Why Interior Designers Don’t Get Business from Instagram

Are you constantly thinking about what to post on Instagram and panic if you don’t feel like you have enough - good - content? I know this is the case for a lot of interior designers. On the weekly calls I have with the members of my Design PR Insider Membership, Instagram comes up almost every week in some shape or form. How often should I post? Do I need to do videos and reels? Why don’t I get more engagement? Does it make sense to hire someone to help with my Instagram? And so on.

It’s a real issue for many interior designers. And since I am always keen on providing solutions for my clients on anything that relates to their marketing and PR struggles, I love to learn from other experts in the industry. There is so much out there, and podcast have become one of the main ways that make it easy to get really good information from top authorities in any industry. (Now, if only the days had more hours so you could listen to them all, right?!)

I am here to provide a bit of a shortcut to a recent one I loved and direct you to a specific episode of the The Kate Show that I found enlightening. It’s called 3 Reasons Luxury Interior Designers Don't Get Clients from Instagram, and she lays out a very convincing case of why all the attention and effort interior designers put into Instagram may be misguided, especially for interior designers in the luxury space. 

That is not to say that there is no place for Instagram. In reality, interior designers need a solid and current presence on social media - but not necessarily to attract clients. The podcast lists detailed demographics of the people who use Instagram, and it quickly becomes evident that most of them are not in an income bracket that could afford an interior designer, and certainly not a high-end one.

Consider that the top three interests of Instagram users are travel, music, and food and drink. For interior designers who want to do well on Instagram, this means they have to use much more of a lifestyle angle to generate engagement. What also works well is an aspirational angle where you help and give tips to people who can’t afford an interior designer.

My favorite part of the podcast is where Kate says: “Because you likely won't get clients from social media, let's adjust your goals. Your goals for social media should be: 1) to indicate that you are open for business, 2) to share photos of your work, and most importantly, 3) to share the story of your brand. This can be done by sharing photos of yourself, your family, your team, and behind-the-scenes shots or videos. You don't need to post more than once per week, and you don't need to worry about reels, stories, or live videos unless you enjoy doing those things.”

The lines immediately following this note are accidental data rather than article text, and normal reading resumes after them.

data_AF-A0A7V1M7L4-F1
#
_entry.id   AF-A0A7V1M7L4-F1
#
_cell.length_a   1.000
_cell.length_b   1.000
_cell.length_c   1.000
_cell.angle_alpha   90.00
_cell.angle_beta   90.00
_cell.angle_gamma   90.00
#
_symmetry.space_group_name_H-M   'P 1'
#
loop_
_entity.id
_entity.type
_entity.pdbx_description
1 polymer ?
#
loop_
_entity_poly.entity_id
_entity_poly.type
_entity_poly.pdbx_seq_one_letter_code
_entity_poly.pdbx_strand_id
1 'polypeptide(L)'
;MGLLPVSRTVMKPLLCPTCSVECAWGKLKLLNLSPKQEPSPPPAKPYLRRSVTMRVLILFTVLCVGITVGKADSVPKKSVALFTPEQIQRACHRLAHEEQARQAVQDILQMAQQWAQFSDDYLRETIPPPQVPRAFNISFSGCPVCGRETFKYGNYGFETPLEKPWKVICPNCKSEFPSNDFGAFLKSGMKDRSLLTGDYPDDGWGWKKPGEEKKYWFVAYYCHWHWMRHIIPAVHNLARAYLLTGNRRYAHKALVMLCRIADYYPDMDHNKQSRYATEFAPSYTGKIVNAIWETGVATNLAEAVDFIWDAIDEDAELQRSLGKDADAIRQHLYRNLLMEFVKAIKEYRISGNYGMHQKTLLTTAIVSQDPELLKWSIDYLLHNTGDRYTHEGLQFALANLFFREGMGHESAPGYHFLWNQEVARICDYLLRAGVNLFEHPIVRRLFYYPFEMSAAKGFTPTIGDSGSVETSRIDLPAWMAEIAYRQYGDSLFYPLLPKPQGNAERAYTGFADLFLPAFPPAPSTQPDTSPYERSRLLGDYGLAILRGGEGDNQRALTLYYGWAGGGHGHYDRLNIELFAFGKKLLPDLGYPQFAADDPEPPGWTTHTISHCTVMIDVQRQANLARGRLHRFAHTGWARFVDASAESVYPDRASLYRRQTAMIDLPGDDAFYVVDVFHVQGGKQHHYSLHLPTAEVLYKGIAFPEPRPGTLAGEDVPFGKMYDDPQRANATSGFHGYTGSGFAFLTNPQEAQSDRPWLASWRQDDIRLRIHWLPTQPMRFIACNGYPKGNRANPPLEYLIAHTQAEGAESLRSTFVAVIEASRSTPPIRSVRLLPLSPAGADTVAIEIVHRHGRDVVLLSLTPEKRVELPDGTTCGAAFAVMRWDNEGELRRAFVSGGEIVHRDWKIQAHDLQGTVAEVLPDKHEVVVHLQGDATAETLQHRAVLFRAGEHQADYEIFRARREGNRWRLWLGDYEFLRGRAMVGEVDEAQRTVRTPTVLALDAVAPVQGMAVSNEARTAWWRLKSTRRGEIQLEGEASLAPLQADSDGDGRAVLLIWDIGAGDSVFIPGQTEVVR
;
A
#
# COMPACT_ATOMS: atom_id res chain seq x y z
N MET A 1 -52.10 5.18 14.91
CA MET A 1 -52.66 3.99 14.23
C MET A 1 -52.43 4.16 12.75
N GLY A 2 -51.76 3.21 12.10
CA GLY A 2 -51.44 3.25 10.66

And it gets even better when she continues:

”Rather than throwing money at boosted posts and social ads, invest in a long-term relationship with a PR firm, while also pursuing referral partnerships with other professionals who serve your ideal client as well.”

Now that we have established the importance of PR versus spending all your time and money on social media, I will say that having an active Instagram account with current posts that reflect your brand well is important for PR. Why? Because if you attract the attention of an editor, the first two places they will look for info on you and your business are 1) your website, and 2) your Instagram account.

That said, you have permission to stop chasing whatever lofty follower number you are pursuing on Instagram. Unless you intend to become a full-blown influencer, it is a vanity number that will do wonders for your ego but little for your business.

Here is the link to full The Kate Show podcast episode. Enjoy!

P.S. If you’ve developed more of an appetite for PR, now that you are armed with this new knowledge, but don’t know where to start, set up a complimentary 30-minute call with me.


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